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December 1979

Psychiatric Manpower Ratios: A Beguiling Numbers Game?

Author Affiliations

From the Department of Psychiatry, Stanford University Medical Center; and the Institute for Medical Research, Stanford, Calif.

Arch Gen Psychiatry. 1979;36(13):1409-1415. doi:10.1001/archpsyc.1979.01780130027003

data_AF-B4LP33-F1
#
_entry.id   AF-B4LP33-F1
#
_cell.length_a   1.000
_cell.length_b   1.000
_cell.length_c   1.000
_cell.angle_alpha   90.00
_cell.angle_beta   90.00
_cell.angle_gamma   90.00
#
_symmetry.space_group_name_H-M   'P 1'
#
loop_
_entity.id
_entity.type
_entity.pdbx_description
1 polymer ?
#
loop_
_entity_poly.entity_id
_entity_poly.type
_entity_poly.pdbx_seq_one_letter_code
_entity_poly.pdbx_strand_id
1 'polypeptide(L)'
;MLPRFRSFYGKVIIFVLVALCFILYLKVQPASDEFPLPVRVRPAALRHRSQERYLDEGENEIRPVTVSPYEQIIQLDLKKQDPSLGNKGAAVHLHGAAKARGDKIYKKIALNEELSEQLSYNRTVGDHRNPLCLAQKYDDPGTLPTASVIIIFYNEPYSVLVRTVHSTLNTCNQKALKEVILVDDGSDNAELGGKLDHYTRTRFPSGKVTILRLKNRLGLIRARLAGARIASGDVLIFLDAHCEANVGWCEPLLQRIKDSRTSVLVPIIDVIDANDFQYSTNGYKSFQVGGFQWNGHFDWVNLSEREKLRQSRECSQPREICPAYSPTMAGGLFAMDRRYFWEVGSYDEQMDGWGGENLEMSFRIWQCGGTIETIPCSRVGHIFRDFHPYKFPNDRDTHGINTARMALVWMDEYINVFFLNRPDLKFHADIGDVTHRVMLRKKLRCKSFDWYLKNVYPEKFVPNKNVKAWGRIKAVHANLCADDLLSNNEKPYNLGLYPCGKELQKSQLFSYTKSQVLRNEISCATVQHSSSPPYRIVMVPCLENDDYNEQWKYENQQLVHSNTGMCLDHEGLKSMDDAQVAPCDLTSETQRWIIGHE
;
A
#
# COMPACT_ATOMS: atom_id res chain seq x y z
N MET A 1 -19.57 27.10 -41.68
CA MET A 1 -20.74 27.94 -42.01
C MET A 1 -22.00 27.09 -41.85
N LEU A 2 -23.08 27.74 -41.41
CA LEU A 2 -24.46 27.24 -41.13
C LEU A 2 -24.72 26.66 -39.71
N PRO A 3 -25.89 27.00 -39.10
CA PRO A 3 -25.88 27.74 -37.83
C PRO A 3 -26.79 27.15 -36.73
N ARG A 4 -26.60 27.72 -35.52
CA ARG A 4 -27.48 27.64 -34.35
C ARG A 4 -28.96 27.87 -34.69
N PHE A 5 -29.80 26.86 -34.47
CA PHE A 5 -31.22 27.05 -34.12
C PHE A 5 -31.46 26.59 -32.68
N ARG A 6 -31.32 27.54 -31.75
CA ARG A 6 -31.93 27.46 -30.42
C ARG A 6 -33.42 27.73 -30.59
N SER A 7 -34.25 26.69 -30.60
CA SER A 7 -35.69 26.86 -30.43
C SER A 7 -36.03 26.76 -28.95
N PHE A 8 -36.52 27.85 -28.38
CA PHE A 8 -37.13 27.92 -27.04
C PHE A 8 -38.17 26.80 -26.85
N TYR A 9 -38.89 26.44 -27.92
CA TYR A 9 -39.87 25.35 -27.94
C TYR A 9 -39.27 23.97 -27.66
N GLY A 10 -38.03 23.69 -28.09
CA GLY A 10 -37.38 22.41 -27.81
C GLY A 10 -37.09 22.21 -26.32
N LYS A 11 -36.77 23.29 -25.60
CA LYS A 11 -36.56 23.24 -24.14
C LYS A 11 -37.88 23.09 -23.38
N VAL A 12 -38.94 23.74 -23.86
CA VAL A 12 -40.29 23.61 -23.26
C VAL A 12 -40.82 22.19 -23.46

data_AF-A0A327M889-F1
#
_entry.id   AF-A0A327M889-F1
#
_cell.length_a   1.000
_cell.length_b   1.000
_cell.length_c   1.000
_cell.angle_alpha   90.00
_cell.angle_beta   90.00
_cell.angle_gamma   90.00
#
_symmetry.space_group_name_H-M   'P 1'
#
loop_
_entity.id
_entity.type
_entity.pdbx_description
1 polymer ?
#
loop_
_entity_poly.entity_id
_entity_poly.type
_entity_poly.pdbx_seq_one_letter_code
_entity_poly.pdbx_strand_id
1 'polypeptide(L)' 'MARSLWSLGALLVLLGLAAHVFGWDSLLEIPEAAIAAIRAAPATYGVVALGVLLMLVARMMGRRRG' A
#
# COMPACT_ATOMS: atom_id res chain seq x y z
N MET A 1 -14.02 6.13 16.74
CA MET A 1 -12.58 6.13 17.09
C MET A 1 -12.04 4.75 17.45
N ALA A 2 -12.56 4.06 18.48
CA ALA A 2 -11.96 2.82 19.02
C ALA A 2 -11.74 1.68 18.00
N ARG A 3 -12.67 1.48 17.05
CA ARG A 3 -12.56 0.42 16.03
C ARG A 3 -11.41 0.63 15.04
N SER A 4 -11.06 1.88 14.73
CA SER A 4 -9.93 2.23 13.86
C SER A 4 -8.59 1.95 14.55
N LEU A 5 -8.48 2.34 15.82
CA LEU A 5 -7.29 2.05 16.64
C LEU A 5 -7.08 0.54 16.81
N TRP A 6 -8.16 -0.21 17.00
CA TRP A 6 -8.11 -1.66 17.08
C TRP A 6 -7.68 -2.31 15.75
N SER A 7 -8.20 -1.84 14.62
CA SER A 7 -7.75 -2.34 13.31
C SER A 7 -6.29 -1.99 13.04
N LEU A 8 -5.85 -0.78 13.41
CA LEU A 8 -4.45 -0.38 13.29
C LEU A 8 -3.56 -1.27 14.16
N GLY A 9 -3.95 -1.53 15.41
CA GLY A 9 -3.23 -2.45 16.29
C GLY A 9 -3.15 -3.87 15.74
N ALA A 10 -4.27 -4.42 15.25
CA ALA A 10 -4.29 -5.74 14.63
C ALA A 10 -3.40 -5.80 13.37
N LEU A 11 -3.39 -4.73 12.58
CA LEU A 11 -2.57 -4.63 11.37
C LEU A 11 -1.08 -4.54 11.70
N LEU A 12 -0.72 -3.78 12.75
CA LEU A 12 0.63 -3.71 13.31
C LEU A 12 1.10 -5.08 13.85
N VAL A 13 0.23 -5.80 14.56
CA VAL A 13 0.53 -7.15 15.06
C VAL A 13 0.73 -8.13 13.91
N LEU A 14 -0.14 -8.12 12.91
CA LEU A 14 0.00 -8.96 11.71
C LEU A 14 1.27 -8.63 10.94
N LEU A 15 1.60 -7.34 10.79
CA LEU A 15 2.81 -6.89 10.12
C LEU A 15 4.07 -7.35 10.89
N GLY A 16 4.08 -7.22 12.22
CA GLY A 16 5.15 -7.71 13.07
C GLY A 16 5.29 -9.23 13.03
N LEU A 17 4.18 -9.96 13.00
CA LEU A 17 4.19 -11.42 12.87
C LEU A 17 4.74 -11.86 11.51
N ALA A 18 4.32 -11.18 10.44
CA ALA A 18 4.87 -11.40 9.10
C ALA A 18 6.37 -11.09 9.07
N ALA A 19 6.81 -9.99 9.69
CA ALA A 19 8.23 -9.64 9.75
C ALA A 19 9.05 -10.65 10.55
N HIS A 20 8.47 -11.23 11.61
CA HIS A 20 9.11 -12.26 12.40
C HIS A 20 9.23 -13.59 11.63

• Many characteristics of California's counties that correlate with physician-population ratios also correlate with psychiatristpopulation ratios, with their changes through time and with rural counties' ability to attract psychiatrists. These same county characteristics seem to influence the uneven distribution of lawyers throughout the state, a fact that should help physicians help legislators understand problems in attempting to equalize manpower distribution. California's relatively high psychiatristpopulation ratio and the presence of counties that are statistically anomalous should preclude the application of these findings to other states. Despite government interest in psychiatristpopulation ratios as a device to estimate manpower needs, these ratios are a poor measure of access to services. Barriers to care such as lack of private insurance coverage and Medicaid and Medicare restrictions appear more powerful than uneven manpower distribution. Proposals for influencing psychiatrists' distribution should be compared with other methods of decreasing mental illness morbidity, such as mandating insurance coverage and increasing funds for preventive services and research.

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